All politics is local, it is often said. But what about economics? Politics in this country, Americans like to believe, are participatory and democratic. But what about economics?

    –Berkshire Eagle, 1992

On the domestic front, the lack of job creation and the movement of economic activity beyond our national borders have become driving issues this election year. Decrying “Benedict Arnold CEOs,” the country is resuming the long-truncated conversation about the effects of the global economy on people’s lives.

So is New York City, where unemployment stands at 8 percent and serious economic hardship persists. Half of working-age black men, the Community Service Society recently found, are without jobs. Some sectors of the economy have taken hard blows from globalization: In 2002, the city’s employment in apparel manufacturing was only 36 percent of what it was in 1990.

New York is awash in plans that promise to bring jobs–or on the flip side, threaten to push out businesses and their employees. Neighborhoods from Long Island City and Williamsburg/Greenpoint to the West Side are seeing proposals to significantly alter their economic and residential landscapes.

Policy discussions about jobs in New York City typically center on either footloose corporations or the potential of urban redevelopment to promote job growth. But what we haven’t yet heard is a serious conversation that brings the two together–and asks what we can do as a city to shape our own economic environment. To that end, there is one course of action that deserves serious consideration: Investing in enterprises that truly belong to New York City because they are owned and run by New Yorkers themselves.

New York’s economic development policies have long assumed that companies are likely to pick up and move their operations elsewhere. From the Koch to Giuliani administrations, government has responded to companies’ willingness to flee by subsidizing finance, media and other big-dollar sectors through “corporate retention deals” or large-scale developments (think Metrotech). Compared to its predecessors, the Bloomberg administration has decreased the number of giveaways to large corporations, but it has launched ambitious land-development projects, including significant office and retail space, in Fort Greene, the West Side and elsewhere.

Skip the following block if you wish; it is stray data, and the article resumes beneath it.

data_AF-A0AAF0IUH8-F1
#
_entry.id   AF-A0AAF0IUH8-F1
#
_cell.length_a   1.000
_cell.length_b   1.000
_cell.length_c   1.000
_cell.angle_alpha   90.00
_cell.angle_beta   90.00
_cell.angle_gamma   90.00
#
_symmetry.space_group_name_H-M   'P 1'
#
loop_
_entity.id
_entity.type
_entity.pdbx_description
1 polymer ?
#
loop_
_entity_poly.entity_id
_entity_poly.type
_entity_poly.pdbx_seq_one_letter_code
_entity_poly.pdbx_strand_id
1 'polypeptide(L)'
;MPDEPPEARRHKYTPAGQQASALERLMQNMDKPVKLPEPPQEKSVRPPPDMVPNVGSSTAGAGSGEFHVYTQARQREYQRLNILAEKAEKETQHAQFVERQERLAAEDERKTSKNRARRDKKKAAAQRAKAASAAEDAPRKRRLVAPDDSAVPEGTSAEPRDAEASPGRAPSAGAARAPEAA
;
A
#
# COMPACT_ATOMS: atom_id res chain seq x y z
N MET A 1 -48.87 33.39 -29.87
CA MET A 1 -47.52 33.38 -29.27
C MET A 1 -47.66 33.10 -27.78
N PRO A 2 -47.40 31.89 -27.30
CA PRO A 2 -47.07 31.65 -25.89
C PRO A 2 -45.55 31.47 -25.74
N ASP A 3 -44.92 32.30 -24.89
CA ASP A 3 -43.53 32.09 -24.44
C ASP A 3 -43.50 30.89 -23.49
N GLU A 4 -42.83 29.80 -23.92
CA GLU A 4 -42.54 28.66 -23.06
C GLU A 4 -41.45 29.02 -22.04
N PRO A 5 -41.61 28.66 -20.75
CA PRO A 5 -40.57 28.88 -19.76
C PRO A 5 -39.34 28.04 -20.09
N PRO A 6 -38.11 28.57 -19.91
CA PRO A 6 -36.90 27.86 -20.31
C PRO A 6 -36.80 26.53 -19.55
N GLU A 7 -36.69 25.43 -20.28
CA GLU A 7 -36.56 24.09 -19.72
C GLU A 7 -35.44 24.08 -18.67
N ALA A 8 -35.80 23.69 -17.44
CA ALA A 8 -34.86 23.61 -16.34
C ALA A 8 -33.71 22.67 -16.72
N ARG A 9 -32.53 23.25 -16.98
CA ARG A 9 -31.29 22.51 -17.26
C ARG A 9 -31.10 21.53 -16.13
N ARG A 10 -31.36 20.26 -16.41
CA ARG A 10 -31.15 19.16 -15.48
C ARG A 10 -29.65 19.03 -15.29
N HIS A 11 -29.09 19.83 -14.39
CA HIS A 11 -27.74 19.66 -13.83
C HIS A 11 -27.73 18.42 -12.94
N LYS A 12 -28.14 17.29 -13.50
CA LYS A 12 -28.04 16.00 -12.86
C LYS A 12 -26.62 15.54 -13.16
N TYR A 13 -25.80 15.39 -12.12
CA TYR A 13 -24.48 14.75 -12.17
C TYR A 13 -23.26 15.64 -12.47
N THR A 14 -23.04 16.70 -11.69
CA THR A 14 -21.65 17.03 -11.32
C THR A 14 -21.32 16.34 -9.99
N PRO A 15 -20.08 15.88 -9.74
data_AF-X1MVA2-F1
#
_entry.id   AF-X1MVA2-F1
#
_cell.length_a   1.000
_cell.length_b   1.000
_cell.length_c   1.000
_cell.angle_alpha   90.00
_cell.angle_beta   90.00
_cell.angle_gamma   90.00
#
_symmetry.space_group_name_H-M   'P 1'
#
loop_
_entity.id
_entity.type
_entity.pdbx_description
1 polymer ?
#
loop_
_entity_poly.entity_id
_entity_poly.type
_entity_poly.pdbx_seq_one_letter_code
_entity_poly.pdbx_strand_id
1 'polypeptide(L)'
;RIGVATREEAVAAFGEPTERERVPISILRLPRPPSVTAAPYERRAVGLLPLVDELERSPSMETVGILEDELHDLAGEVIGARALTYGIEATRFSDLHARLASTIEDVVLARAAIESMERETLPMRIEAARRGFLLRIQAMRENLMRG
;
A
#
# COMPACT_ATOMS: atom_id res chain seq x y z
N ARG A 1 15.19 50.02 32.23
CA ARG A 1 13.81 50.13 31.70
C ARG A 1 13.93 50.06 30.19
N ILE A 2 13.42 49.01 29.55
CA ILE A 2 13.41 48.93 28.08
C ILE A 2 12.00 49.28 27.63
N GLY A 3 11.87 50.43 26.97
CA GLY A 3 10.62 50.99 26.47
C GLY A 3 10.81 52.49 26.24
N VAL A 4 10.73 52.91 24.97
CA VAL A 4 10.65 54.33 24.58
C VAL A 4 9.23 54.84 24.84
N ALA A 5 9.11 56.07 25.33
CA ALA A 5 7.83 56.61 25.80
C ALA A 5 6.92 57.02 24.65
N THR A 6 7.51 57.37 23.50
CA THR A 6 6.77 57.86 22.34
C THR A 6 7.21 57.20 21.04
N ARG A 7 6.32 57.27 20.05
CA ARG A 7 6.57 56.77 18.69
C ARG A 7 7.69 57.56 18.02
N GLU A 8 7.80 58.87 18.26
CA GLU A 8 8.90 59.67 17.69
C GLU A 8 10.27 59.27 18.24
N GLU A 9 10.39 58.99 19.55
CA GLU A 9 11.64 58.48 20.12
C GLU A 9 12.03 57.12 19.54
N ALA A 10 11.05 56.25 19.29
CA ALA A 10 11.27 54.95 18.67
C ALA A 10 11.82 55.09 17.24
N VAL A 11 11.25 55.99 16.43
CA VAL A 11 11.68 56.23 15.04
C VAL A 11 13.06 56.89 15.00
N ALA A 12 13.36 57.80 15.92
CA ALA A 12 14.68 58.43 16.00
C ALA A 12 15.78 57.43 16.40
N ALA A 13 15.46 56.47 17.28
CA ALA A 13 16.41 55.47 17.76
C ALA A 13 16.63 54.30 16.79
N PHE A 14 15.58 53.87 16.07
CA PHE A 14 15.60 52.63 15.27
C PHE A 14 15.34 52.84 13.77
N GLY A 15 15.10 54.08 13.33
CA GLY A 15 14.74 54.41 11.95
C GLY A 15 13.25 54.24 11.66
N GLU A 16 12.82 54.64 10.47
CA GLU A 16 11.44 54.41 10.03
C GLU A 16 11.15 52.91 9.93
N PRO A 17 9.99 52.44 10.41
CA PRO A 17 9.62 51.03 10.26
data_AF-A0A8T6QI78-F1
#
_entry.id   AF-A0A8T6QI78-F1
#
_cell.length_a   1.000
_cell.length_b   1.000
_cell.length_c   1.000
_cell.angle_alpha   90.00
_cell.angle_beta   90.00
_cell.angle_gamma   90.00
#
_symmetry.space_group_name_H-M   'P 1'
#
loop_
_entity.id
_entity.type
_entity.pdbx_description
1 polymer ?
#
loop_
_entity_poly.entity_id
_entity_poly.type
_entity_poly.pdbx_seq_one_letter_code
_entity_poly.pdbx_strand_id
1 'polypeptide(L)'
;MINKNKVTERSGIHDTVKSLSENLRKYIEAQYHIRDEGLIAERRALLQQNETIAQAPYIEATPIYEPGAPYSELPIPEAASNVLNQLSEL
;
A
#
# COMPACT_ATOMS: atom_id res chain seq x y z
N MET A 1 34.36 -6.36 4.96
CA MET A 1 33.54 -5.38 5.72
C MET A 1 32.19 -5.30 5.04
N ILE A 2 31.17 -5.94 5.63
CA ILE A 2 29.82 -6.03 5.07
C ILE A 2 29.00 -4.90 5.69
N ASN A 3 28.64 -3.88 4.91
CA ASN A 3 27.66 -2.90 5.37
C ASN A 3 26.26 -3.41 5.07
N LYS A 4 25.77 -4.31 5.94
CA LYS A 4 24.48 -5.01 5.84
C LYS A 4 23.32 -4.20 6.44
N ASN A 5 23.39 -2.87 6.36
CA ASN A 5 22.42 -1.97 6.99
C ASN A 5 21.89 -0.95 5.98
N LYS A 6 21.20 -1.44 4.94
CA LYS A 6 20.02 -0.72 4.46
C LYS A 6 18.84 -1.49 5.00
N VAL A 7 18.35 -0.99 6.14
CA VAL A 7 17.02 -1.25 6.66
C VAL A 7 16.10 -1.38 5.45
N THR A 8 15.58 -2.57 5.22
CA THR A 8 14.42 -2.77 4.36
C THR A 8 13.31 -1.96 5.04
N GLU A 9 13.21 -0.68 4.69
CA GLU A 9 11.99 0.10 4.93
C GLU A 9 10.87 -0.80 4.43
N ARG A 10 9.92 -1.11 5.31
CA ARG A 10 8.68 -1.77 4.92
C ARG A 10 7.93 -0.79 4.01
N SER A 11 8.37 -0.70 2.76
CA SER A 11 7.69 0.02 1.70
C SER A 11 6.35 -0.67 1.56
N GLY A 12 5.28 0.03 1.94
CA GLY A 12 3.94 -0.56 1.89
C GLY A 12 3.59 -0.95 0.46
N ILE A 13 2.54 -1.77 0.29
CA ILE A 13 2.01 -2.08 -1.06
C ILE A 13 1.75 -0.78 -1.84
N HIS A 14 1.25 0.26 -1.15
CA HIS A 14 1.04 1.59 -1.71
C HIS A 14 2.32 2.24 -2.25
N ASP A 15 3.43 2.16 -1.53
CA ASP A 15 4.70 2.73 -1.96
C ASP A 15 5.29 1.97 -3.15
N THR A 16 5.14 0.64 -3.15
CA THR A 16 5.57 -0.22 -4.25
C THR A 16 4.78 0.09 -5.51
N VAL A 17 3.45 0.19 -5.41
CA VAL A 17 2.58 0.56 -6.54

Yet despite these forms of corporate welfare, the city’s economy has not kept pace with the nation’s over the past quarter century. To some extent, New York’s economic development policies are structurally self-defeating. If the public sector, rather than individual businesses, absorbs the costs of locating in the city, then individual businesses will have invested less here–which makes them much more willing and able to move. Through policies designed to deal with capital mobility, we are actually creating the conditions for flight. We are enabling a self-fulfilling prophecy.

Criticism of existing economic development policies has been mounting–most notably from Good Jobs New York, Pratt Institute Center for Community and Environmental Development and the Center for an Urban Future (City Limits‘ affiliated policy organization). But even some of this productive criticism fails to fully come to grips with the implications of New York City’s place in the global economy. The critiques have largely focused on creating economic development policies that enhance diversity in the economic functions carried out in the city. But this does not go far enough. The deeper issue is that our economic policies are still organized around doing what’s good for corporations. Debates are reduced to questions of which policies make the city most attractive for entrepreneurs. We are left tethered to the principles and objectives of those businesses, rather than to a broader definition of civic priorities.